A vet is warning dog owners about an increase in Adder attacks on dogs in Dorset.
Dave Cumber who runs a practice in Weymouth has treated 5 dogs with adder bites in the last couple of weeks - an unusually high amount.
He normally sees 2 or 3 cases a year, so 5 in one month has encouraged the vet to reach out to pet owners.
Adders can be told apart from grass snakes and slow worms by their distinctive, zig-zag markings and they can reach 70cm in length.
Four of the five cases Dave Cumber has seen were from the Fleet, Chickerell and the fifth was at Hardy’s Monument.
Snake bites can be fatal so dog owners need to act quickly if a dog has been bitten. Dave says look out for the following signs:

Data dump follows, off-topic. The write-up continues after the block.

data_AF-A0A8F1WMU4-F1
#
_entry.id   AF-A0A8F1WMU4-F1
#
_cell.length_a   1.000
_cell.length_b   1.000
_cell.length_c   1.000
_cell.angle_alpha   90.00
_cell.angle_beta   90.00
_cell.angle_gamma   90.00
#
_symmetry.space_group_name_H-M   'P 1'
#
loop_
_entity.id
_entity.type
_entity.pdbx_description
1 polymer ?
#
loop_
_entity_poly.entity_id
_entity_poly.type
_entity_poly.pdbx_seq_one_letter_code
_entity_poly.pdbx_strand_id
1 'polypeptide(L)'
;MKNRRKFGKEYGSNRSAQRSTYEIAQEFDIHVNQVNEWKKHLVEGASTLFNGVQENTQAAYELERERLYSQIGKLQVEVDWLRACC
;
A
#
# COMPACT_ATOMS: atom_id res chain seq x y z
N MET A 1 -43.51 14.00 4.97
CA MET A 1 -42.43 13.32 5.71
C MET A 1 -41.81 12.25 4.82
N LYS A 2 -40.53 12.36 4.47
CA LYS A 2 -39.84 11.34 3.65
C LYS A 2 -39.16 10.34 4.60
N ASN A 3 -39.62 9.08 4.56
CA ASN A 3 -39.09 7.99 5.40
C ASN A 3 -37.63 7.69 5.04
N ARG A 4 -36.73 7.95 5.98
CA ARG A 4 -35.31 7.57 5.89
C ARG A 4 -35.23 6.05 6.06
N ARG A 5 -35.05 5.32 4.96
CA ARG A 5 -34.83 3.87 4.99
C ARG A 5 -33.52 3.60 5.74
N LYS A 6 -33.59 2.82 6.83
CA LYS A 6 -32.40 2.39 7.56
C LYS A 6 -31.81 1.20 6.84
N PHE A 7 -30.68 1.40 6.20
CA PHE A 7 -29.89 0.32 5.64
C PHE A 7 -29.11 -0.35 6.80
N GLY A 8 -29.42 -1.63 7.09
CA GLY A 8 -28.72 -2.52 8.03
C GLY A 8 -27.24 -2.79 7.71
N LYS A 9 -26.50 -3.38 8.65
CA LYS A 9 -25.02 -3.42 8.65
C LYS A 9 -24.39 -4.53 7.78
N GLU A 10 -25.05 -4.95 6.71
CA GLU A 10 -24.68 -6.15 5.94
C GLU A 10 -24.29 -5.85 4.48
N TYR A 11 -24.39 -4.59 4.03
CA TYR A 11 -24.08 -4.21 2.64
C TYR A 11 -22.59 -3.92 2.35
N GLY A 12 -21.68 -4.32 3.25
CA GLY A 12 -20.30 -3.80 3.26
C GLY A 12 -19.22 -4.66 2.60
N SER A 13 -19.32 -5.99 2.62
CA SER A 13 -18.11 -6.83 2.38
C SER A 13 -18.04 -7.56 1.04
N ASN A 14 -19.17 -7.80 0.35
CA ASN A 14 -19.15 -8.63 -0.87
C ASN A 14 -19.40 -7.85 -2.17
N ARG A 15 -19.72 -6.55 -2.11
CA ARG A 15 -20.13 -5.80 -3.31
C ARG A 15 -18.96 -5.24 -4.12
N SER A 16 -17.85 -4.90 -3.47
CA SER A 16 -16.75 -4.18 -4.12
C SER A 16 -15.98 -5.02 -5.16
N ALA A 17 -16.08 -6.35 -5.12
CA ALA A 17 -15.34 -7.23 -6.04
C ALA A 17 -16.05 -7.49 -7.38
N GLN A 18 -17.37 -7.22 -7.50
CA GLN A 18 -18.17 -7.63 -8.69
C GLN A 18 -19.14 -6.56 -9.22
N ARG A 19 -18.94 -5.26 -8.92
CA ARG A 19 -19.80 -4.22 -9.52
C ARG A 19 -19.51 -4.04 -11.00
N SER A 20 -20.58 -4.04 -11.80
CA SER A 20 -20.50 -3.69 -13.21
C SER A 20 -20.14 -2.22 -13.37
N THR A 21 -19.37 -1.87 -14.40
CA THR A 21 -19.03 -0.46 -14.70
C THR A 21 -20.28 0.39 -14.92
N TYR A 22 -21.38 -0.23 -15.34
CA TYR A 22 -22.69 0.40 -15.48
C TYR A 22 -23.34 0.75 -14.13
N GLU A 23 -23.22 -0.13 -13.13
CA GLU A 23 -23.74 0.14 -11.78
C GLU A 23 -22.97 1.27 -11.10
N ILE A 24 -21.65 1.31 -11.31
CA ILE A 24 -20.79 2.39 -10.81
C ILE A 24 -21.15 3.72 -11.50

The dog will almost certainly cry out as bites are very painful.
There is usually severe swelling around the bite area.
Swelling means bites around the face or throat are very dangerous.
Owners may see two puncture wounds.
If the bite is severe the dog may collapse.
Adders are the only poisonous snake in Britain and are normally active between February and October. They are quite common in Dorset, favouring open rough ground, heathland and the edge of woodland.